And the fears that also haunt all brilliant minds:
No mind-wrenching discovery of prime-number theorem by the age of fourteen, like Carl Gauss. No terrifyingly brilliant paper on conical sections , like the teenage Pascal. When her brains leaked out they would just be a sugar-coated variety of normality, the same old arithmetic and geometry. A cheap buzz of numbers and symbols that anyone and everyone could memorize, given enough time and imprisonment. End of story.
It is Rumi’s story and it is her loneliness that comes through the book, but it is also the loneliness of grown-ups. Mahesh has one close friend and even he is often not on the same page as this self-made immigrant who will always be driven by past and heritage, who will always believe that it was more important to work hard and consistently rather than relying on the giftedness.
It was possible through strength and discipline to create your own destiny using the power of thought: through marks, percentages, papers, exams, numbers that had added up, to a big sum in small hands.
I am not orchestrating anything. I am merely helping Rumi to fulfil her potential. And if she wants to be taken seriously in this country she will have to do a lot more than just fulfil it, you can be sure of that. But even when you are in a minority, if you apply yourself you can achieve anything in life. However difficult it may seem.
Shreene, who never wanted to live abroad, is now responsible for a family in this country that is so different from the one she grew up in, her workmates finding her just as unfathomable as Rumi’s schoolmates find her. The responsibility to instill the Indian cultural values at home, while preparing the children to be successful in the world outside home is no easy road. And then on top of that, to be judged, in front of the public eye seems like the end of the road for their little family:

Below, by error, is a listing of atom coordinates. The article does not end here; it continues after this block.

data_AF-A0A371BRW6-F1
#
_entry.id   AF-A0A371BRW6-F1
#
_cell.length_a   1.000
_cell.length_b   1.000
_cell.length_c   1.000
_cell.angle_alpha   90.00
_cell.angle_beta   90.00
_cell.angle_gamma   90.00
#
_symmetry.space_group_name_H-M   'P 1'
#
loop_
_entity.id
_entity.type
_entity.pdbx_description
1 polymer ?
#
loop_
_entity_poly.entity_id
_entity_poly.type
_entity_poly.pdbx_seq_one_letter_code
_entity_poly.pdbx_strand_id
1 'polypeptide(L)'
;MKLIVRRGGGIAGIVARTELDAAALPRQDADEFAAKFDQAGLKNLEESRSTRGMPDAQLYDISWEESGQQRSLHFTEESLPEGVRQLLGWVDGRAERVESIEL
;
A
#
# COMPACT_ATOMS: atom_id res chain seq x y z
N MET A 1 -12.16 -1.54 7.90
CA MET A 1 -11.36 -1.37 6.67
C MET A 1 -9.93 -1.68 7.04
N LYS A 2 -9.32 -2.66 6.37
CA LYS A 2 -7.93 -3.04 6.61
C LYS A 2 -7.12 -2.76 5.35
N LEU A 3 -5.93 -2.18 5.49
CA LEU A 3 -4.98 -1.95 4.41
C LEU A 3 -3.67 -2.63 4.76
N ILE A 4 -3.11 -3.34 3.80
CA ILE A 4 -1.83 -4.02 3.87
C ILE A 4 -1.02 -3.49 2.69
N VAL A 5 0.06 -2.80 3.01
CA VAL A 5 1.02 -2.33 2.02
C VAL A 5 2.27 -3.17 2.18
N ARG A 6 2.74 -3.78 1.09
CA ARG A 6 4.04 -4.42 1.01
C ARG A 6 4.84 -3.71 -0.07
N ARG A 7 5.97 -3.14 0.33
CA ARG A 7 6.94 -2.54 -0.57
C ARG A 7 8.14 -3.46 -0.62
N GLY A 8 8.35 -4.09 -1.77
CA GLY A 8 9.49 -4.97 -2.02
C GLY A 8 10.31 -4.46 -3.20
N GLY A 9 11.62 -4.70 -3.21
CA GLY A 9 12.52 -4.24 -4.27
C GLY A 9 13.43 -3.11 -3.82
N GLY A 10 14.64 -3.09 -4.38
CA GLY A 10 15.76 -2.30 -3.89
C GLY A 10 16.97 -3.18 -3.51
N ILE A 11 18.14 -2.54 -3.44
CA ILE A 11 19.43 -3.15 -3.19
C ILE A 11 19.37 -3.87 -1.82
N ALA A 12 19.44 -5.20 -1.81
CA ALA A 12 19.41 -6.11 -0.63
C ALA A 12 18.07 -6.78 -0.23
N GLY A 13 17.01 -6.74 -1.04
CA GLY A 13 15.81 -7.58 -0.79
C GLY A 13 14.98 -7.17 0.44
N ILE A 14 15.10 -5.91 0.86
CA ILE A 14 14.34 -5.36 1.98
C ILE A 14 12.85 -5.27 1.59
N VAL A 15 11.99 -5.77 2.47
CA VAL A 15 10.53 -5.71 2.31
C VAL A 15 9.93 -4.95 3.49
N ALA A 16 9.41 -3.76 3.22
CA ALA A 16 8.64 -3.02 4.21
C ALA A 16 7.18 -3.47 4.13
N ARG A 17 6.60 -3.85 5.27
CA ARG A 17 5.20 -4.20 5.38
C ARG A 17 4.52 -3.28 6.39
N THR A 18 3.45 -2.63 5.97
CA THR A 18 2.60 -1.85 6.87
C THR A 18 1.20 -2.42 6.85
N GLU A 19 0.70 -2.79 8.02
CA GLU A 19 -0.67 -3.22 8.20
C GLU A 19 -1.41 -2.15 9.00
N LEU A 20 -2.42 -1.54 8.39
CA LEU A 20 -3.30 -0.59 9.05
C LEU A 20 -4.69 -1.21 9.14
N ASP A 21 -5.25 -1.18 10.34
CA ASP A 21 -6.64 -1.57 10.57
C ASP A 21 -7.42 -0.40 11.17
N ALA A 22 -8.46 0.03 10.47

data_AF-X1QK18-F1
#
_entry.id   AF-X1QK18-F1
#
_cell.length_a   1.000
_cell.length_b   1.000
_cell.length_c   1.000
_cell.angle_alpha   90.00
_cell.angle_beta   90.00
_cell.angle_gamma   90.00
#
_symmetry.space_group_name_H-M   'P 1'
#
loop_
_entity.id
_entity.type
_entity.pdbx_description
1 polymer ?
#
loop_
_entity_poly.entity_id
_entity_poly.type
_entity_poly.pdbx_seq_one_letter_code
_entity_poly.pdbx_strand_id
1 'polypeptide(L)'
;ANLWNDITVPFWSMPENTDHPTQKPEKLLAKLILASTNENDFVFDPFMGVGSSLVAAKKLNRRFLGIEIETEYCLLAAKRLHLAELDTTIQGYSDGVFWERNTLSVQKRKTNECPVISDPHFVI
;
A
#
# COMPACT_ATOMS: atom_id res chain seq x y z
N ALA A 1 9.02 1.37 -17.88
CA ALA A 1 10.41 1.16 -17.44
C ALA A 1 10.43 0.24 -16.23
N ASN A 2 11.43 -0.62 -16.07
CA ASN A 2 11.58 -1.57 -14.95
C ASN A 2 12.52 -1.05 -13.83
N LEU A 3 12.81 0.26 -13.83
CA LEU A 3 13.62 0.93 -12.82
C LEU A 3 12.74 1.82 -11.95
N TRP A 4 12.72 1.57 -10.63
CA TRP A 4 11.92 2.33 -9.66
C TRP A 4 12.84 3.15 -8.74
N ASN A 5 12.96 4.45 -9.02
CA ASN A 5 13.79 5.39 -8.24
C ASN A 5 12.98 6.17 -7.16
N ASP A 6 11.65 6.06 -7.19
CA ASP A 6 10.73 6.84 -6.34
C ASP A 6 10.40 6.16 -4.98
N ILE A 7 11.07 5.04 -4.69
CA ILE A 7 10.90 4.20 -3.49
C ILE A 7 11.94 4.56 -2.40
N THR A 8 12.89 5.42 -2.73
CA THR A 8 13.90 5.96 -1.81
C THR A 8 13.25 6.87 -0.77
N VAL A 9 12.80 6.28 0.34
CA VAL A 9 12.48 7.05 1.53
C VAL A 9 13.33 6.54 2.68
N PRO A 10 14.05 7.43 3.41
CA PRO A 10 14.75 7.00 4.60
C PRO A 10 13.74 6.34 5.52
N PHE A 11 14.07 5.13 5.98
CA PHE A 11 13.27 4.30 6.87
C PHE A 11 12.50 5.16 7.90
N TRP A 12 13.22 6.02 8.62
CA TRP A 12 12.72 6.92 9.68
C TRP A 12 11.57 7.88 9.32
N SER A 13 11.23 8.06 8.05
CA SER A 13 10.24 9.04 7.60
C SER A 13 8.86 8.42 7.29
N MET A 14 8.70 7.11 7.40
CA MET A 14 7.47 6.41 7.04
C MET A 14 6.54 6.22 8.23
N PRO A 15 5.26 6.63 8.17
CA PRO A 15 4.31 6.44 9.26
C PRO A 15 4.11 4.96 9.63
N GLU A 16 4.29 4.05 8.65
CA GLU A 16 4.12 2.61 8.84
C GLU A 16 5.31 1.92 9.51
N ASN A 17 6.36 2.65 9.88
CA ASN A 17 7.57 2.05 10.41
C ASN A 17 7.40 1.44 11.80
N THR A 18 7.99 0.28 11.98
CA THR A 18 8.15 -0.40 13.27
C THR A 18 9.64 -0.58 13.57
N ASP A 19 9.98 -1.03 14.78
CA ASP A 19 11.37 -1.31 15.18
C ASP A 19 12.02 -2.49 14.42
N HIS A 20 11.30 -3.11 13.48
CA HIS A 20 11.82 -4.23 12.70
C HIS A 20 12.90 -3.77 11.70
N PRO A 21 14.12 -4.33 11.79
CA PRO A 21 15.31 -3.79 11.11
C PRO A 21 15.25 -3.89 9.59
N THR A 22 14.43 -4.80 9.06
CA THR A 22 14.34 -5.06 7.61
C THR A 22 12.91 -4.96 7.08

They were Indian people. Did they have to justify their origins? Their beliefs? Start from the beginning now with these people – when they had finally begun to let down their barriers? As through it was so simple, like a times table. The soul, the spiritual nature of sex, life-partners, commitment, marriage, families, purity of thought and action, society, Hinduism, karma, the next generation, children, heredity, love, you know love as a glue, the attempt to be a good person, all the basic values? Remaining true to yourself? So they could be laughed at? Just for that, so laughter could mix with their hate..
The story does not have a typical happy ending. The way a family implodes is not something to be easily recovered from. The book also will remind you of a real-life story that was in newspapers of that time. A child prodigy choosing freedom from academia just as she reached her long desired goal.
A thought-provoking story, which may lead you to identify with some of the characters, parenting techniques and of course, why it is the hardest job of all and so easy to do everything you think is right and find that that does not always lead to happy children…
Around 7 stars out of 10.
Quick Purchase Links:
- Buy - Gifted by Nikita Lalwani - Paperback - Amazon IN
- Buy - Gifted by Nikita Lalwani - Paperback - Amazon US
Over To You: